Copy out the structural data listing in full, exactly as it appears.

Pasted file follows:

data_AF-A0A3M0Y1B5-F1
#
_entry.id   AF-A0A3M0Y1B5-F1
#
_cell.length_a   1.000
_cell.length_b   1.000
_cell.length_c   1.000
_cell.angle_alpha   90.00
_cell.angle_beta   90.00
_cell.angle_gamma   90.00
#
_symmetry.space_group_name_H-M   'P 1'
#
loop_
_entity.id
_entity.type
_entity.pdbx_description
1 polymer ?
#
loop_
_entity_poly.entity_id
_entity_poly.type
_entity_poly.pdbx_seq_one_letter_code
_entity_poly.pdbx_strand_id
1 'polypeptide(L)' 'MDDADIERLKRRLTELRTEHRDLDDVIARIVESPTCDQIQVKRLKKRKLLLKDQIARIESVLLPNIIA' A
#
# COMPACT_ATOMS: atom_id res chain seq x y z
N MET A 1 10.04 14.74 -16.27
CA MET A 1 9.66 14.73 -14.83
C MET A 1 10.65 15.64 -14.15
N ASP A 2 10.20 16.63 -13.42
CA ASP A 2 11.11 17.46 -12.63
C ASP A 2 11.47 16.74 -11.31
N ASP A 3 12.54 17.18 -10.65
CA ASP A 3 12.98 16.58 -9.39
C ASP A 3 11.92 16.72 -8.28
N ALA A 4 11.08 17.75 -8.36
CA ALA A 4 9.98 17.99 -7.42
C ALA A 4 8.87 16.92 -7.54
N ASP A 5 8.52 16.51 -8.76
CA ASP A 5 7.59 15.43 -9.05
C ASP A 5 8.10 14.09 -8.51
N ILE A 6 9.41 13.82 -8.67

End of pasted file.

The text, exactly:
data_AF-A0A3M0Y1B5-F1
#
_entry.id   AF-A0A3M0Y1B5-F1
#
_cell.length_a   1.000
_cell.length_b   1.000
_cell.length_c   1.000
_cell.angle_alpha   90.00
_cell.angle_beta   90.00
_cell.angle_gamma   90.00
#
_symmetry.space_group_name_H-M   'P 1'
#
loop_
_entity.id
_entity.type
_entity.pdbx_description
1 polymer ?
#
loop_
_entity_poly.entity_id
_entity_poly.type
_entity_poly.pdbx_seq_one_letter_code
_entity_poly.pdbx_strand_id
1 'polypeptide(L)' 'MDDADIERLKRRLTELRTEHRDLDDVIARIVESPTCDQIQVKRLKKRKLLLKDQIARIESVLLPNIIA' A
#
# COMPACT_ATOMS: atom_id res chain seq x y z
N MET A 1 10.04 14.74 -16.27
CA MET A 1 9.66 14.73 -14.83
C MET A 1 10.65 15.64 -14.15
N ASP A 2 10.20 16.63 -13.42
CA ASP A 2 11.11 17.46 -12.63
C ASP A 2 11.47 16.74 -11.31
N ASP A 3 12.54 17.18 -10.65
CA ASP A 3 12.98 16.58 -9.39
C ASP A 3 11.92 16.72 -8.28
N ALA A 4 11.08 17.75 -8.36
CA ALA A 4 9.98 17.99 -7.42
C ALA A 4 8.87 16.92 -7.54
N ASP A 5 8.52 16.51 -8.76
CA ASP A 5 7.59 15.43 -9.05
C ASP A 5 8.10 14.09 -8.51
N ILE A 6 9.41 13.82 -8.67